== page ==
Klein and Terrazas on Common Carp Dorsal Spines

Standardized Removal and Sectioning Locations for Common Carp Dorsal Spines 

Zachary B. Klein (Presenter) and Carson J. Watkins, Idaho Cooperative Fish and Wildlife
Research Unit, University of Idaho, [email protected]
Marc M. Terrazas, Department of Fish and Wildlife Sciences, University of Idaho
Michael C. Quist, U.S. Geological Survey, Idaho Cooperative Fish and Wildlife Research Unit,
Department of Fish and Wildlife Sciences, University of Idaho

Common Carp Cyprinus carpio is known to cause deleterious effects on water quality and fish
assemblage structure outside of their native distribution. In systems where Common Carp have
reached high abundances, effort has focused on improving altered habitat condition and oftentimes
suppressing populations to low levels. As such, Common Carp have garnered considerable
management attention focused on understanding dynamic rate functions of populations of concern.
Gaining information on dynamic rate functions and age structure; however, requires the use of
calcified hard structures that provide high quality information. Dorsal spines have been shown to
provide precise estimates of Common Carp age and are commonly used by management agencies to
gain information on Common Carp populations. However, no previous studies have evaluated the
techniques for removing and sectioning Common Carp dorsal spines. Standardization of fish
sampling and processing is critical for producing and maintaining data that are both meaningful and
comparable. However, inconsistencies may exist among agency personnel regarding dorsal spine
removal and sectioning that may result in age and growth data that are not useful for making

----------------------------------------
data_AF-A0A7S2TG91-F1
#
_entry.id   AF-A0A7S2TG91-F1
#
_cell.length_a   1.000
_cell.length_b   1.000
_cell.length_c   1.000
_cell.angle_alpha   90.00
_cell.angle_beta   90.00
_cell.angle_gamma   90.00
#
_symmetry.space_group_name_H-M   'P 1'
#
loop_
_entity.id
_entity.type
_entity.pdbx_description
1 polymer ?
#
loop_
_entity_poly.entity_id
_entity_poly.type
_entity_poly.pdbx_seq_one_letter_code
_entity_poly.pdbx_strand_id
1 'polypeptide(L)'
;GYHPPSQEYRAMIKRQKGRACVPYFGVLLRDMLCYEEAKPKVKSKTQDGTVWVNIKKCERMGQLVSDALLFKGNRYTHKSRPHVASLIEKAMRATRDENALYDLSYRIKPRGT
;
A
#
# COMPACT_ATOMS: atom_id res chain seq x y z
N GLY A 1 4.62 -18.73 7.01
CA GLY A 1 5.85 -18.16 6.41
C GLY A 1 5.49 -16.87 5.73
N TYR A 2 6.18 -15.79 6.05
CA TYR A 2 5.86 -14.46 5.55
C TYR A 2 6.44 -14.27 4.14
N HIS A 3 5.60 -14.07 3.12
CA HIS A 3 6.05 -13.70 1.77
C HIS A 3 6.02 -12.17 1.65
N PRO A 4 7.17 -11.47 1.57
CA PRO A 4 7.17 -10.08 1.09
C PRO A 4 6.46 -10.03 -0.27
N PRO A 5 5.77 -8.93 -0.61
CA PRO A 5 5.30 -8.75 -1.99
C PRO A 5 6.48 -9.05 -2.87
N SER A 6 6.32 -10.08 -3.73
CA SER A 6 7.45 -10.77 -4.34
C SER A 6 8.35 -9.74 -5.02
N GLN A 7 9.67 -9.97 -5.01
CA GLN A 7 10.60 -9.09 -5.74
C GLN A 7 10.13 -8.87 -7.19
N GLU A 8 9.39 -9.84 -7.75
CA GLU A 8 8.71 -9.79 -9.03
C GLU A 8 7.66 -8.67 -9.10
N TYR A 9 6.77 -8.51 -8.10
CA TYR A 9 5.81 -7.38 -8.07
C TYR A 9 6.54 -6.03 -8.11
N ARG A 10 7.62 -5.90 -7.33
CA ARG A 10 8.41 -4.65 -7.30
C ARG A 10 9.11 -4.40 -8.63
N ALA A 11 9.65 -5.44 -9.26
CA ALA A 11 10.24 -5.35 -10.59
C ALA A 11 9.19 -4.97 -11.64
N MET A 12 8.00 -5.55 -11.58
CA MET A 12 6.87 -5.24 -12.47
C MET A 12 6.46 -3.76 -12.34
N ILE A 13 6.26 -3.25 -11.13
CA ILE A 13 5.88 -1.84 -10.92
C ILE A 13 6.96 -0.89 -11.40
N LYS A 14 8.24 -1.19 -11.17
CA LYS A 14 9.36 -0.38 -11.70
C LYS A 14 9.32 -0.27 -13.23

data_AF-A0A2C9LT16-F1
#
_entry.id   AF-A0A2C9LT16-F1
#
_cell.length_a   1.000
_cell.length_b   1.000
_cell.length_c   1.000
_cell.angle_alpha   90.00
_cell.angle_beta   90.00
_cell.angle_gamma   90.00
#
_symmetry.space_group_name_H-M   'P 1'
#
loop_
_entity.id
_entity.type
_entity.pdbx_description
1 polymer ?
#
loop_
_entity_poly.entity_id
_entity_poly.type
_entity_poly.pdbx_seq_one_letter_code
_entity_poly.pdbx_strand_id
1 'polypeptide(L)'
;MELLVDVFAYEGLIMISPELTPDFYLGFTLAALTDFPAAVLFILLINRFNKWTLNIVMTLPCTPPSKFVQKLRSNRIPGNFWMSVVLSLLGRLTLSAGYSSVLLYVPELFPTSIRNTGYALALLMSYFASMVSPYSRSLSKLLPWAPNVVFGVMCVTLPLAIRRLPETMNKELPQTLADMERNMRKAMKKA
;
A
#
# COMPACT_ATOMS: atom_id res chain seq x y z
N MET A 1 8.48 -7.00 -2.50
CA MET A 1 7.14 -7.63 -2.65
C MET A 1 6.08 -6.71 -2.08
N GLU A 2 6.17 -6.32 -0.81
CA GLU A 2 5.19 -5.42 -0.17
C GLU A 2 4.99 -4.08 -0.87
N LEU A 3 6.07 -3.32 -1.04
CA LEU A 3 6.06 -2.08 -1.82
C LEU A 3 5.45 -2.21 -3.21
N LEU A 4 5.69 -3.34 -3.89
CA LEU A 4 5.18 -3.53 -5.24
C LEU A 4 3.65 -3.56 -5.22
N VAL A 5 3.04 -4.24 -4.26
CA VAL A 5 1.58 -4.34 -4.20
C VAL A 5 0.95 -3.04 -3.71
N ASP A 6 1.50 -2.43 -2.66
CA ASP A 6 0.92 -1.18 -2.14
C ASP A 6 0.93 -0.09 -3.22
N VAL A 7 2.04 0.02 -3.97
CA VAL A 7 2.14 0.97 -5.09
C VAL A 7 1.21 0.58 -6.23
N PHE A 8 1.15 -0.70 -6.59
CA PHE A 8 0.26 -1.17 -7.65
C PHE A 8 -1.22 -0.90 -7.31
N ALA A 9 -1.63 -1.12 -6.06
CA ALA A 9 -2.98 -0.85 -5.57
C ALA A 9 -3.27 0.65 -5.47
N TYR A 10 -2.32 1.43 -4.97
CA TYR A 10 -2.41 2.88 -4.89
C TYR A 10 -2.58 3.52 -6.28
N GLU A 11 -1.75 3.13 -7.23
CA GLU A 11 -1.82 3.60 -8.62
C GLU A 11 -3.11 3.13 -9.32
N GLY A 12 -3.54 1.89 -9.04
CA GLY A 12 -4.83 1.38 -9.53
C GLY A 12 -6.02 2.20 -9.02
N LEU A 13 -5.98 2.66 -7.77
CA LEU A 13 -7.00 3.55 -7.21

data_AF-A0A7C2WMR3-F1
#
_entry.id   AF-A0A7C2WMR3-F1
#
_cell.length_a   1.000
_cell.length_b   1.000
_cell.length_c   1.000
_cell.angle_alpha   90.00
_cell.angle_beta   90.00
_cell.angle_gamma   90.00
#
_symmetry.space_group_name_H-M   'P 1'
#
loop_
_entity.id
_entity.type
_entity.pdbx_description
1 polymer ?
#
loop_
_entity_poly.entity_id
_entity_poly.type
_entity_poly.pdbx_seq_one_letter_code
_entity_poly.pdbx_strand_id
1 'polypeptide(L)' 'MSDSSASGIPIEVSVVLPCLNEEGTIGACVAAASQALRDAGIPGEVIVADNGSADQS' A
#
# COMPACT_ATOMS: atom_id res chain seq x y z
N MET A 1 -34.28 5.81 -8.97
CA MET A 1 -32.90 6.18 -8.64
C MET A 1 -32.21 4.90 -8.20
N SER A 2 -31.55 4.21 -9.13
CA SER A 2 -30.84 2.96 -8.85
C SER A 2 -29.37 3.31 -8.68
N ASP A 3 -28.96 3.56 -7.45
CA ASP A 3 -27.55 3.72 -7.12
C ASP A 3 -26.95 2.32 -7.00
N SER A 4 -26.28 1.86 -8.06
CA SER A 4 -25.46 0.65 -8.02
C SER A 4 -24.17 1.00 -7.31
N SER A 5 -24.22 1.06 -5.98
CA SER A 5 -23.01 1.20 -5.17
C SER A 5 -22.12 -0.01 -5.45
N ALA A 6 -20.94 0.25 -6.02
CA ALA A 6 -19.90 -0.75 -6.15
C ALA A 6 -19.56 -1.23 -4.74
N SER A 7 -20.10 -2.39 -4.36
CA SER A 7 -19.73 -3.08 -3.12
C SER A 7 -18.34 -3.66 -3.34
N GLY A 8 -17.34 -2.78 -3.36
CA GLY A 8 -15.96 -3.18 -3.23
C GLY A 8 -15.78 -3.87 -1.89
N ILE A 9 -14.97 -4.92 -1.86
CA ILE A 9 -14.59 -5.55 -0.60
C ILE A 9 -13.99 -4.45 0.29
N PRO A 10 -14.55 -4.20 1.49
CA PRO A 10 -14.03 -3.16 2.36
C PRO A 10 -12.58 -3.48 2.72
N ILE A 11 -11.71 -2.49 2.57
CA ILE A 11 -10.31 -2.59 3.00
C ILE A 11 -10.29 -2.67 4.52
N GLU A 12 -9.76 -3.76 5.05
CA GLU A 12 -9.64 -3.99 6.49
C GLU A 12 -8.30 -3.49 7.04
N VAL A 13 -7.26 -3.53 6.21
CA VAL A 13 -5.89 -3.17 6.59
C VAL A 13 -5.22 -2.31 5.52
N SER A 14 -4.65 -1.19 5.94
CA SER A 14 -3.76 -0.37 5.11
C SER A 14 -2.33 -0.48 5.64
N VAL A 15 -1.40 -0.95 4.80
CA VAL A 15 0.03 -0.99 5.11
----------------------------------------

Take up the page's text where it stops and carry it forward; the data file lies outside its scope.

comparisons across populations and among individuals. The purpose of our study was to evaluate
the precision and distribution of age estimates obtained from various sectioning locations along
Common Carp dorsal spines. Additionally, we evaluated the readability of dorsal spine sectioning
locations and its relationship with precision in age estimates. We examined dorsal spines from 192
Common Carp sampled from Crane Creek Reservoir and Lake Lowell in southwestern Idaho. Dorsal
spines were sectioned at the base (i.e., near the curve in the dorsal spine where it forms the
articulating process), immediately distal to the basal section (i.e., where a section would be taken if
the dorsal spine was removal near the tissue of the fish), and at 25, 50, and 75% of the total length
of the dorsal spine. Exact agreement (PA-0) and with-1 year agreement (PA-1) between readers
was highest and the coefficient of variation lowest for section 2. Assuming section 1 represented
the true age, age distributions for sections 2 and 3 were not significantly different. Mean
confidence rating was highest for section 2 and confidence ratings were not significantly different
among sections 1, 2, and 3. In general, age distributions from sections 2 and 3 were similar to
section 1 and sections 2 and 3 also displayed the highest concordance in age estimates with section


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